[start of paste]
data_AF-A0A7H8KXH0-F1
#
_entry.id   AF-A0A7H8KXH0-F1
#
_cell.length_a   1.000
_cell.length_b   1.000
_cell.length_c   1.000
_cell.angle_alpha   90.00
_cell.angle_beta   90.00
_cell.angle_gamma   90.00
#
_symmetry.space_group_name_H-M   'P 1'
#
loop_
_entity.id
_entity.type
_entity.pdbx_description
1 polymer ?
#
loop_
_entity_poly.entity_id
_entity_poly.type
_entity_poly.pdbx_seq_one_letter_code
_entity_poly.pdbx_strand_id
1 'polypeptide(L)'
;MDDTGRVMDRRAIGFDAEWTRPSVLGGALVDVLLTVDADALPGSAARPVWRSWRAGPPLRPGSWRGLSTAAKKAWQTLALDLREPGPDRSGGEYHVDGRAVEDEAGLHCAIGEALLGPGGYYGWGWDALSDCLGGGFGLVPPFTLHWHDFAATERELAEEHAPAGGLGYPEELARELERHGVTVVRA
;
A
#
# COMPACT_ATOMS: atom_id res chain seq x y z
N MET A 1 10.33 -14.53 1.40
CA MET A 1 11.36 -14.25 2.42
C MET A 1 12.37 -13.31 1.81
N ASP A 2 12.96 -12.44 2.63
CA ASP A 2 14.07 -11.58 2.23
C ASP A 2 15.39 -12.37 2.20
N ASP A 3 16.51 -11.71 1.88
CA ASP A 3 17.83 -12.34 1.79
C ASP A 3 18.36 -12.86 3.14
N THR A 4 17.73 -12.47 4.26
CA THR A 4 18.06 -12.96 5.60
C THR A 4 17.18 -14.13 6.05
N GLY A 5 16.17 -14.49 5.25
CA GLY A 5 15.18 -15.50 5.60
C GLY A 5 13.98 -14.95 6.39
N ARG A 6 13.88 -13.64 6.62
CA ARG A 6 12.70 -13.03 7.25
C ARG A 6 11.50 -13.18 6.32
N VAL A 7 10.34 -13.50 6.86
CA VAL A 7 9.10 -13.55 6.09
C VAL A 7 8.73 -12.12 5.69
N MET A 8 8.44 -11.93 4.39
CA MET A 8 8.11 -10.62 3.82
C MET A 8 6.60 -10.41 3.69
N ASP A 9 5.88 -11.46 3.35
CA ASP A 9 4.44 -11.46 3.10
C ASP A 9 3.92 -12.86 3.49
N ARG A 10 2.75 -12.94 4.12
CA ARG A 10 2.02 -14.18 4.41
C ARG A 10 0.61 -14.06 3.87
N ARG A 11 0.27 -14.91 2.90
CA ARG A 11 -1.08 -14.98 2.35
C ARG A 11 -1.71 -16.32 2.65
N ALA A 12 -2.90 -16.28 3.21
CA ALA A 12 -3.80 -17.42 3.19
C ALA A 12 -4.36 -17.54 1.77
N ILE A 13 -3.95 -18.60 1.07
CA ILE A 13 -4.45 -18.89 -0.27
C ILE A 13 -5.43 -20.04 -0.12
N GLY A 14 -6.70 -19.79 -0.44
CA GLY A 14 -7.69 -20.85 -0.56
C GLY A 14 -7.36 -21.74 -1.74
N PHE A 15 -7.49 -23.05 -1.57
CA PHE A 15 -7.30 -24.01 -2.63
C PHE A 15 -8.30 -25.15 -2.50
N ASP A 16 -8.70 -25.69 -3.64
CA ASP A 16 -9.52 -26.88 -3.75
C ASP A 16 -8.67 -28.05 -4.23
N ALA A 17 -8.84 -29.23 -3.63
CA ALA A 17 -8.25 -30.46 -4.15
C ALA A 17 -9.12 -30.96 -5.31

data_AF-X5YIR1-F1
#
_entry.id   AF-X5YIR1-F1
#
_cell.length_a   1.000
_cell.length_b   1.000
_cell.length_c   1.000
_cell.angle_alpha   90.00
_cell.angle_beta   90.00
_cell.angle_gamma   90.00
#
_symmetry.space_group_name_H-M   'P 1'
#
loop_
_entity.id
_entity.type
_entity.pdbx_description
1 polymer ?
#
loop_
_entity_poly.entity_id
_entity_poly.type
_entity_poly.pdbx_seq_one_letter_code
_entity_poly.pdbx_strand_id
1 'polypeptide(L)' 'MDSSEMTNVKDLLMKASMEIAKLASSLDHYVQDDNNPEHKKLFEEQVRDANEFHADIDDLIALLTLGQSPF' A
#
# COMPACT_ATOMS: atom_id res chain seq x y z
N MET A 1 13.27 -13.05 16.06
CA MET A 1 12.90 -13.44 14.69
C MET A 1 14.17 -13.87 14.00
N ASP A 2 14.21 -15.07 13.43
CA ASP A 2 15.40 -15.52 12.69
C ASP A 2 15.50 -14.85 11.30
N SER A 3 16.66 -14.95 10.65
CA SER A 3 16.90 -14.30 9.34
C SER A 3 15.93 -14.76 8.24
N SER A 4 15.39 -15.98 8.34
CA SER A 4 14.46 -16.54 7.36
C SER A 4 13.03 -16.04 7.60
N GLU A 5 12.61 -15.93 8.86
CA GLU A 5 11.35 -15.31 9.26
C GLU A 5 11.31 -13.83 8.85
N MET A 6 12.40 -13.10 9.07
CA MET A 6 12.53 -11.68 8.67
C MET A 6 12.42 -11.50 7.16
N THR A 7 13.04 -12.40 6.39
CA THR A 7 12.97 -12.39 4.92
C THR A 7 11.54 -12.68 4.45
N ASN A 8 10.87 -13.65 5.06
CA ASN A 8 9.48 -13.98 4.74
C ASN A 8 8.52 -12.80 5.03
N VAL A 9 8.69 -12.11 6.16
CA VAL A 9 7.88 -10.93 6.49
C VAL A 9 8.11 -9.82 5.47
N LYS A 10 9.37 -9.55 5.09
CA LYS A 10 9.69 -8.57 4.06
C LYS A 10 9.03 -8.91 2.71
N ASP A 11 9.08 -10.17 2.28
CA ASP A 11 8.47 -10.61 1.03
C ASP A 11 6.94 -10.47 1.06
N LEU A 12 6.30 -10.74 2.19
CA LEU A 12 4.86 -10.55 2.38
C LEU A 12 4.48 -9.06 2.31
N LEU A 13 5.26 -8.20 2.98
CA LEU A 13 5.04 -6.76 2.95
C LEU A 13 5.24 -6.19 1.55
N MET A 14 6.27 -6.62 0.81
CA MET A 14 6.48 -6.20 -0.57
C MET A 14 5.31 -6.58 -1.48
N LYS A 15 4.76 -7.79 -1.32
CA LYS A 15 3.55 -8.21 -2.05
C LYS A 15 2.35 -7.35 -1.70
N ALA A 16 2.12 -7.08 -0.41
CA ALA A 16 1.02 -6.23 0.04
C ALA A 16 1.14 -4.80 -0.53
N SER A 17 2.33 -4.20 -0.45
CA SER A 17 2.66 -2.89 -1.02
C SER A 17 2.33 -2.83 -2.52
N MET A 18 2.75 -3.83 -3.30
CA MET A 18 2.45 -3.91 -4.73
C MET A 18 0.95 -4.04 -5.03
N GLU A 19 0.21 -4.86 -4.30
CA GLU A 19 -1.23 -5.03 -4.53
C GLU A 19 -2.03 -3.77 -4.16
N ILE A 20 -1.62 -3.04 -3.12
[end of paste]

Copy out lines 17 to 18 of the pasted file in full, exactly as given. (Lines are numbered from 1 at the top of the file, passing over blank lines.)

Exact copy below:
_entity.pdbx_description
1 polymer ?